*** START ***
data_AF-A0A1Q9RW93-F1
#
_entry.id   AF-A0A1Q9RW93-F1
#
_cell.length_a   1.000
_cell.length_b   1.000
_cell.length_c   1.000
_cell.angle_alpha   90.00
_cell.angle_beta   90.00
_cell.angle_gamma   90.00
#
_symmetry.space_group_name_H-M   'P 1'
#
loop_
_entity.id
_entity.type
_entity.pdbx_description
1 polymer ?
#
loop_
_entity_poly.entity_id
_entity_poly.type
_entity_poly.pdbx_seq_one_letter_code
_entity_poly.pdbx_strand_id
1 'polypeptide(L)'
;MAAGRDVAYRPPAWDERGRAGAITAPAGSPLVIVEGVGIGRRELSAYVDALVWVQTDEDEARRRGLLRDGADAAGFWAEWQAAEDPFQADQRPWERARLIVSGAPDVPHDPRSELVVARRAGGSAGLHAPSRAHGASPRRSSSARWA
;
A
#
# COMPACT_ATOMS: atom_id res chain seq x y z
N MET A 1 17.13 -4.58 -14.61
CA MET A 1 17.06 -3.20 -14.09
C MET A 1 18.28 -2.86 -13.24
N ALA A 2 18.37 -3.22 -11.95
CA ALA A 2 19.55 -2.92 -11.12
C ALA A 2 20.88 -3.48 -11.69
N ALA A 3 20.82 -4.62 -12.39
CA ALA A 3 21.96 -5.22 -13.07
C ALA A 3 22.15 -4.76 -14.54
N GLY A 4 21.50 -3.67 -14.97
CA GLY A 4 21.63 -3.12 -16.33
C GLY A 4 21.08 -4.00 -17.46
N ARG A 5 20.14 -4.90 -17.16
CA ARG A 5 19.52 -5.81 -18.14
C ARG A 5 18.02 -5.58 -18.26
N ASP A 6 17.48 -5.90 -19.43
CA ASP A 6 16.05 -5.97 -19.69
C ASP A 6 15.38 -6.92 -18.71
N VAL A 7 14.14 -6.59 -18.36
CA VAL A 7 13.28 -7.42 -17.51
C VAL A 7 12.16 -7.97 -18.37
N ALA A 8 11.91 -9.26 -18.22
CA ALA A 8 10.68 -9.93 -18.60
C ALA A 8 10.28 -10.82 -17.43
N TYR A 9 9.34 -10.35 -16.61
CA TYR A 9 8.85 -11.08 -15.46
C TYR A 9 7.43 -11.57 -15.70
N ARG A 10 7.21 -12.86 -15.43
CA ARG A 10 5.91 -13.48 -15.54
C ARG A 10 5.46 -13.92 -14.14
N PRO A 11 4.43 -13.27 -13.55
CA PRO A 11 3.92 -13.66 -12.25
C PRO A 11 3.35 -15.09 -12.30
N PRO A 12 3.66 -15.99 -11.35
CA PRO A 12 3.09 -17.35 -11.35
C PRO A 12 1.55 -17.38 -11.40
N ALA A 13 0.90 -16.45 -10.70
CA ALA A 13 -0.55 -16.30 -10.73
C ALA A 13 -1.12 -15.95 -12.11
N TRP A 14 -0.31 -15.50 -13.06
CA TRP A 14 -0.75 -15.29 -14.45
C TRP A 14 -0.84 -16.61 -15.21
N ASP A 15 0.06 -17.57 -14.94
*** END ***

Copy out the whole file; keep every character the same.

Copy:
data_AF-A0A1Q9RW93-F1
#
_entry.id   AF-A0A1Q9RW93-F1
#
_cell.length_a   1.000
_cell.length_b   1.000
_cell.length_c   1.000
_cell.angle_alpha   90.00
_cell.angle_beta   90.00
_cell.angle_gamma   90.00
#
_symmetry.space_group_name_H-M   'P 1'
#
loop_
_entity.id
_entity.type
_entity.pdbx_description
1 polymer ?
#
loop_
_entity_poly.entity_id
_entity_poly.type
_entity_poly.pdbx_seq_one_letter_code
_entity_poly.pdbx_strand_id
1 'polypeptide(L)'
;MAAGRDVAYRPPAWDERGRAGAITAPAGSPLVIVEGVGIGRRELSAYVDALVWVQTDEDEARRRGLLRDGADAAGFWAEWQAAEDPFQADQRPWERARLIVSGAPDVPHDPRSELVVARRAGGSAGLHAPSRAHGASPRRSSSARWA
;
A
#
# COMPACT_ATOMS: atom_id res chain seq x y z
N MET A 1 17.13 -4.58 -14.61
CA MET A 1 17.06 -3.20 -14.09
C MET A 1 18.28 -2.86 -13.24
N ALA A 2 18.37 -3.22 -11.95
CA ALA A 2 19.55 -2.92 -11.12
C ALA A 2 20.88 -3.48 -11.69
N ALA A 3 20.82 -4.62 -12.39
CA ALA A 3 21.96 -5.22 -13.07
C ALA A 3 22.15 -4.76 -14.54
N GLY A 4 21.50 -3.67 -14.97
CA GLY A 4 21.63 -3.12 -16.33
C GLY A 4 21.08 -4.00 -17.46
N ARG A 5 20.14 -4.90 -17.16
CA ARG A 5 19.52 -5.81 -18.14
C ARG A 5 18.02 -5.58 -18.26
N ASP A 6 17.48 -5.90 -19.43
CA ASP A 6 16.05 -5.97 -19.69
C ASP A 6 15.38 -6.92 -18.71
N VAL A 7 14.14 -6.59 -18.36
CA VAL A 7 13.28 -7.42 -17.51
C VAL A 7 12.16 -7.97 -18.37
N ALA A 8 11.91 -9.26 -18.22
CA ALA A 8 10.68 -9.93 -18.60
C ALA A 8 10.28 -10.82 -17.43
N TYR A 9 9.34 -10.35 -16.61
CA TYR A 9 8.85 -11.08 -15.46
C TYR A 9 7.43 -11.57 -15.70
N ARG A 10 7.21 -12.86 -15.43
CA ARG A 10 5.91 -13.48 -15.54
C ARG A 10 5.46 -13.92 -14.14
N PRO A 11 4.43 -13.27 -13.55
CA PRO A 11 3.92 -13.66 -12.25
C PRO A 11 3.35 -15.09 -12.30
N PRO A 12 3.66 -15.99 -11.35
CA PRO A 12 3.09 -17.35 -11.35
C PRO A 12 1.55 -17.38 -11.40
N ALA A 13 0.90 -16.45 -10.70
CA ALA A 13 -0.55 -16.30 -10.73
C ALA A 13 -1.12 -15.95 -12.11
N TRP A 14 -0.31 -15.50 -13.06
CA TRP A 14 -0.75 -15.29 -14.45
C TRP A 14 -0.84 -16.61 -15.21
N ASP A 15 0.06 -17.57 -14.94